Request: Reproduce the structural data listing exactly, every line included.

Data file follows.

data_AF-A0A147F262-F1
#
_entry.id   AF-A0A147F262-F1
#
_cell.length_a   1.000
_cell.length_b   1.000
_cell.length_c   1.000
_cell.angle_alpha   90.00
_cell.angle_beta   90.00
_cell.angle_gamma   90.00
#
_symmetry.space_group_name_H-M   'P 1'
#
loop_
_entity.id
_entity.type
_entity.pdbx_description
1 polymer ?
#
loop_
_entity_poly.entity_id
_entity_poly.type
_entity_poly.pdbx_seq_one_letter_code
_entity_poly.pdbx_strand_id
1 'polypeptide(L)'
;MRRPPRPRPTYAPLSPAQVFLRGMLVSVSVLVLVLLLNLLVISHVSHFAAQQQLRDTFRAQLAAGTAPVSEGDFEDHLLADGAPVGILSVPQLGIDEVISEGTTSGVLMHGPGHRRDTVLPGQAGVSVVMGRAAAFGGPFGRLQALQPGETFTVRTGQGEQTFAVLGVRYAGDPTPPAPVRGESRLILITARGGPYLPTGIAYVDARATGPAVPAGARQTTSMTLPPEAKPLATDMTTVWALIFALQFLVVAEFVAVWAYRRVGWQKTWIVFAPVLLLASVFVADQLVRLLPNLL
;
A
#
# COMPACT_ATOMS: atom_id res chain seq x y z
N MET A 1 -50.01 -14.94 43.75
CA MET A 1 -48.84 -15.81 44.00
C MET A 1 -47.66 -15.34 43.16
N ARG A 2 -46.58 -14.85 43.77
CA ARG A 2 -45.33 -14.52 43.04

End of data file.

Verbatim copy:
data_AF-A0A147F262-F1
#
_entry.id   AF-A0A147F262-F1
#
_cell.length_a   1.000
_cell.length_b   1.000
_cell.length_c   1.000
_cell.angle_alpha   90.00
_cell.angle_beta   90.00
_cell.angle_gamma   90.00
#
_symmetry.space_group_name_H-M   'P 1'
#
loop_
_entity.id
_entity.type
_entity.pdbx_description
1 polymer ?
#
loop_
_entity_poly.entity_id
_entity_poly.type
_entity_poly.pdbx_seq_one_letter_code
_entity_poly.pdbx_strand_id
1 'polypeptide(L)'
;MRRPPRPRPTYAPLSPAQVFLRGMLVSVSVLVLVLLLNLLVISHVSHFAAQQQLRDTFRAQLAAGTAPVSEGDFEDHLLADGAPVGILSVPQLGIDEVISEGTTSGVLMHGPGHRRDTVLPGQAGVSVVMGRAAAFGGPFGRLQALQPGETFTVRTGQGEQTFAVLGVRYAGDPTPPAPVRGESRLILITARGGPYLPTGIAYVDARATGPAVPAGARQTTSMTLPPEAKPLATDMTTVWALIFALQFLVVAEFVAVWAYRRVGWQKTWIVFAPVLLLASVFVADQLVRLLPNLL
;
A
#
# COMPACT_ATOMS: atom_id res chain seq x y z
N MET A 1 -50.01 -14.94 43.75
CA MET A 1 -48.84 -15.81 44.00
C MET A 1 -47.66 -15.34 43.16
N ARG A 2 -46.58 -14.85 43.77
CA ARG A 2 -45.33 -14.52 43.04